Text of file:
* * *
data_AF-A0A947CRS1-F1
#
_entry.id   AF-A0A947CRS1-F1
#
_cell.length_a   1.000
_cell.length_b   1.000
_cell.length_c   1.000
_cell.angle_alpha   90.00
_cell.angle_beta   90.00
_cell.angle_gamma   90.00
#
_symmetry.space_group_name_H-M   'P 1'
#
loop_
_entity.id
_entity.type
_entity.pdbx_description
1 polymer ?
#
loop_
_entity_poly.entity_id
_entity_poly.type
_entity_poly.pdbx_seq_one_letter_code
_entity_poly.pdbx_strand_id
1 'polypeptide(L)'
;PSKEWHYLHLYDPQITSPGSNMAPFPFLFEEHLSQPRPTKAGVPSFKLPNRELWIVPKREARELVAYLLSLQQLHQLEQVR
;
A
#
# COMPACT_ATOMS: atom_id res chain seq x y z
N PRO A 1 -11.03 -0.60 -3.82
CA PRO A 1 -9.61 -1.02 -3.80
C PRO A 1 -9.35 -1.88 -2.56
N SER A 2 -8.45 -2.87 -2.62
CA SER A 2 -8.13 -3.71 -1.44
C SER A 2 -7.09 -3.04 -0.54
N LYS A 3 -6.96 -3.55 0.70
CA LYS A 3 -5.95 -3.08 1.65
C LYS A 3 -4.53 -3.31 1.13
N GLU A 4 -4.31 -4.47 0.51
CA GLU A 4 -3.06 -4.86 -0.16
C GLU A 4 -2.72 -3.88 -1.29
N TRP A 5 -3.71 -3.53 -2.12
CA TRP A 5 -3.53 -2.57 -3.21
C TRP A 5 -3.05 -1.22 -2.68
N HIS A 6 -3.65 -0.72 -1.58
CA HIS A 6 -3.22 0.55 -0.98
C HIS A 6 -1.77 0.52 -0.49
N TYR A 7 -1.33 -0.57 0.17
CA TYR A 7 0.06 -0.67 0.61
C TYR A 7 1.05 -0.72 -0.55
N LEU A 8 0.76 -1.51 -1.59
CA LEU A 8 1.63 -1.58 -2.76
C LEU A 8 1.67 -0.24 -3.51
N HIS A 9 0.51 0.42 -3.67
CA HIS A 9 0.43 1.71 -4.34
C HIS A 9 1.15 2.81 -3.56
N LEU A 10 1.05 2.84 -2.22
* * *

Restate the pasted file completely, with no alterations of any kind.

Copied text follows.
data_AF-A0A947CRS1-F1
#
_entry.id   AF-A0A947CRS1-F1
#
_cell.length_a   1.000
_cell.length_b   1.000
_cell.length_c   1.000
_cell.angle_alpha   90.00
_cell.angle_beta   90.00
_cell.angle_gamma   90.00
#
_symmetry.space_group_name_H-M   'P 1'
#
loop_
_entity.id
_entity.type
_entity.pdbx_description
1 polymer ?
#
loop_
_entity_poly.entity_id
_entity_poly.type
_entity_poly.pdbx_seq_one_letter_code
_entity_poly.pdbx_strand_id
1 'polypeptide(L)'
;PSKEWHYLHLYDPQITSPGSNMAPFPFLFEEHLSQPRPTKAGVPSFKLPNRELWIVPKREARELVAYLLSLQQLHQLEQVR
;
A
#
# COMPACT_ATOMS: atom_id res chain seq x y z
N PRO A 1 -11.03 -0.60 -3.82
CA PRO A 1 -9.61 -1.02 -3.80
C PRO A 1 -9.35 -1.88 -2.56
N SER A 2 -8.45 -2.87 -2.62
CA SER A 2 -8.13 -3.71 -1.44
C SER A 2 -7.09 -3.04 -0.54
N LYS A 3 -6.96 -3.55 0.70
CA LYS A 3 -5.95 -3.08 1.65
C LYS A 3 -4.53 -3.31 1.13
N GLU A 4 -4.31 -4.47 0.51
CA GLU A 4 -3.06 -4.86 -0.16
C GLU A 4 -2.72 -3.88 -1.29
N TRP A 5 -3.71 -3.53 -2.12
CA TRP A 5 -3.53 -2.57 -3.21
C TRP A 5 -3.05 -1.22 -2.68
N HIS A 6 -3.65 -0.72 -1.58
CA HIS A 6 -3.22 0.55 -0.98
C HIS A 6 -1.77 0.52 -0.49
N TYR A 7 -1.33 -0.57 0.17
CA TYR A 7 0.06 -0.67 0.61
C TYR A 7 1.05 -0.72 -0.55
N LEU A 8 0.76 -1.51 -1.59
CA LEU A 8 1.63 -1.58 -2.76
C LEU A 8 1.67 -0.24 -3.51
N HIS A 9 0.51 0.42 -3.67
CA HIS A 9 0.43 1.71 -4.34
C HIS A 9 1.15 2.81 -3.56
N LEU A 10 1.05 2.84 -2.22